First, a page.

As a teacher, I began having students create portfolios as a way to show what they were doing in class. The first portfolios were Show Case portfolios in which students would included their best work. Each student would select a number of assignments which they thought demonstrated their best work and during Student Led Conferences,  would show these to their parents and talk about the work they were doing. Over time, and with the introduction and access to technology, I began to experiment with different types of portfolios using a wiki with different pages for subjects, a set of linked documents and finally a webpage that students created. Students would embed images of their work. However, this was still a variation of the Show Case Portfolios just in digital format.

I was also experimenting with my own variations of portfolios, trying different formats to see how I could begin to develop my own work for others to see. I realized that I was limiting myself by only focusing on education related items. There was more that I was doing but wasn’t including. Thus began a long journey that continues today of trying to find my own voice as a person.

The Next Stage

As technology changed and it became easier to collect and manage the different items in a portfolio, I began to have students not just show their best work but also started to expand the use of the portfolio to include  drafts of work so they could show the progress of their learning and began to include a reflection portion to the portfolio to have students discuss what they learned and what they might want to add.

Today portfolios can include any number of different types of items from images and documents to sound recordings and videos. All these items can be incorporated to show the growth of student learning. But what if these portfolios were to include not just what the student was doing in school? What if portfolios were include items from outside of school? How might this change how students define their learning?

As you begin to look at portfolio use with students, here are some questions that I believe are important to answer before you embark:

Why use portfolios?

What is the purpose of creating the portfolio?

Who will “own” it? Will it be assessed? How?

What will be included?

Who will decide what is to be included?

Who can access the portfolio?

Can it “move” with the student and beyond?

I know that I didn’t think of many of these things and had to do a lot of backtracking and adjusting in the process.

9 Ways to Use Portfolios with Students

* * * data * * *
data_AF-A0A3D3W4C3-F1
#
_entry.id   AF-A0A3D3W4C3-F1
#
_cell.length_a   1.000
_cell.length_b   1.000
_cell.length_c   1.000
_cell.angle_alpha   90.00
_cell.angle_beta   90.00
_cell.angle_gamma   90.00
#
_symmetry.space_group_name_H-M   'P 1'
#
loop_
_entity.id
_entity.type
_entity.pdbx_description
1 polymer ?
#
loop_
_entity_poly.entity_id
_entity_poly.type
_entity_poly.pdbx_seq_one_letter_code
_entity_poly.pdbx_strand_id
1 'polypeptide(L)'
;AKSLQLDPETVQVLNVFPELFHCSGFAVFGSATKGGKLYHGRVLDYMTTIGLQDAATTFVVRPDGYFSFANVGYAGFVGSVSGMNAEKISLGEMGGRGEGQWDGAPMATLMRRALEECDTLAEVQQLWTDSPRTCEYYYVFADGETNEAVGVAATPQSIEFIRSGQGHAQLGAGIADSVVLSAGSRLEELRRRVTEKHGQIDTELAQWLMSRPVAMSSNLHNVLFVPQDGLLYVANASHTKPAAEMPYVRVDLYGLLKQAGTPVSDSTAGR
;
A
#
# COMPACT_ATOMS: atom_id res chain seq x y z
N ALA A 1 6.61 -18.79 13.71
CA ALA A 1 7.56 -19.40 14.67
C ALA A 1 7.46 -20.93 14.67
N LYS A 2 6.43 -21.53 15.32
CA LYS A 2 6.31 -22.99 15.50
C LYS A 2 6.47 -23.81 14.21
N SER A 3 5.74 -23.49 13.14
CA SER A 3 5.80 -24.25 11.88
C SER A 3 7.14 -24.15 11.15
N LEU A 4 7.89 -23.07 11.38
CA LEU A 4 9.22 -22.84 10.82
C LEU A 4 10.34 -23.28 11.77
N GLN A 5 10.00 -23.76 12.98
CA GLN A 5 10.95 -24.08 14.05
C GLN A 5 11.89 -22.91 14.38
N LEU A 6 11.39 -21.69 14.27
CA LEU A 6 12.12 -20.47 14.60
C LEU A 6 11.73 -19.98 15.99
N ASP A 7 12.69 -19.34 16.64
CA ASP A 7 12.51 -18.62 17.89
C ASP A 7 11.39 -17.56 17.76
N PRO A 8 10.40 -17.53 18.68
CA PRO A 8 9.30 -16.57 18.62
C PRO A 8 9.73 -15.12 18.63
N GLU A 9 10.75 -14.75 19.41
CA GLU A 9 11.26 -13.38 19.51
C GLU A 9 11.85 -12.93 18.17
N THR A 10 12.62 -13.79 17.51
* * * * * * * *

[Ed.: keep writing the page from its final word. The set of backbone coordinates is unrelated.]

1. Helping students Digital Fluency skills  – the ability to communicate, collaborate, connect, create. critique and collate – using digital tools is important for students. Students can use portfolios to practice and develop these skills not only for school work but for the different passions they have in their lives and bring them together in one place. Have students include drafts and changes as they work through the process of refining the work they are doing.
  2. Encourage curiosity and ask questions – asking questions that drive learning takes practice. A portfolio can become more than just a place where Show Case items are stored. By helping students develop their ability to ask questions, teachers can support a process of learning, differentiating the support students need as they learn and grow.  Have students include questions they have about a topic or inquiries they have about ideas and concepts. Include mindmaps and brainstorming sessions as processes of developing ideas. Get students to include I Wonder statements and What If ideas.
  3. Engage an authentic audience – through connecting with others, students can receive feedback and assistance as they explore different ideas and create work that has meaning for them. By creating for an audience other than themselves and their teacher, connect what they are doing with what is happening outside of school through interactions with others. Have students connect with other students for feedback and input. Get students to comment on the work of others and offer guidance to providing constructive feedback. Look for ways to connect students work with others through social media and provide opportunities for students work to get beyond the school by sharing with parents.
  4. Develop their own unique voice – In his book Louder Than Words, Todd Henry  discusses how “brilliant contributors commit to the process of developing their authentic voices through trial and error, by paying attention to how they respond to the work of peers, heroes, and even their antagonists, by playing with ideas, by cultivating a sharp vision for their work , and ultimately by honing their skills so they have the ability to bring that vision to the world”. Portfolios provide a place for students to begin this process of developing their own unique voice through practice, failure, reflection and retrying. Have students share stories, videos, podcasts and other work as they practice finding their own authentic voice.
  5. Explore different passions – instead of just including school-related items, students can include the different passions they have and explore different ideas over time. What might be of interest today may not be tomorrow but in a week or month become interesting again. Students have the ability to reflect on what they have done in the past and make connections to where they are now as learners. Have students include what they are doing outside of school. Have them include pictures and videos of things they are doing and talk about them.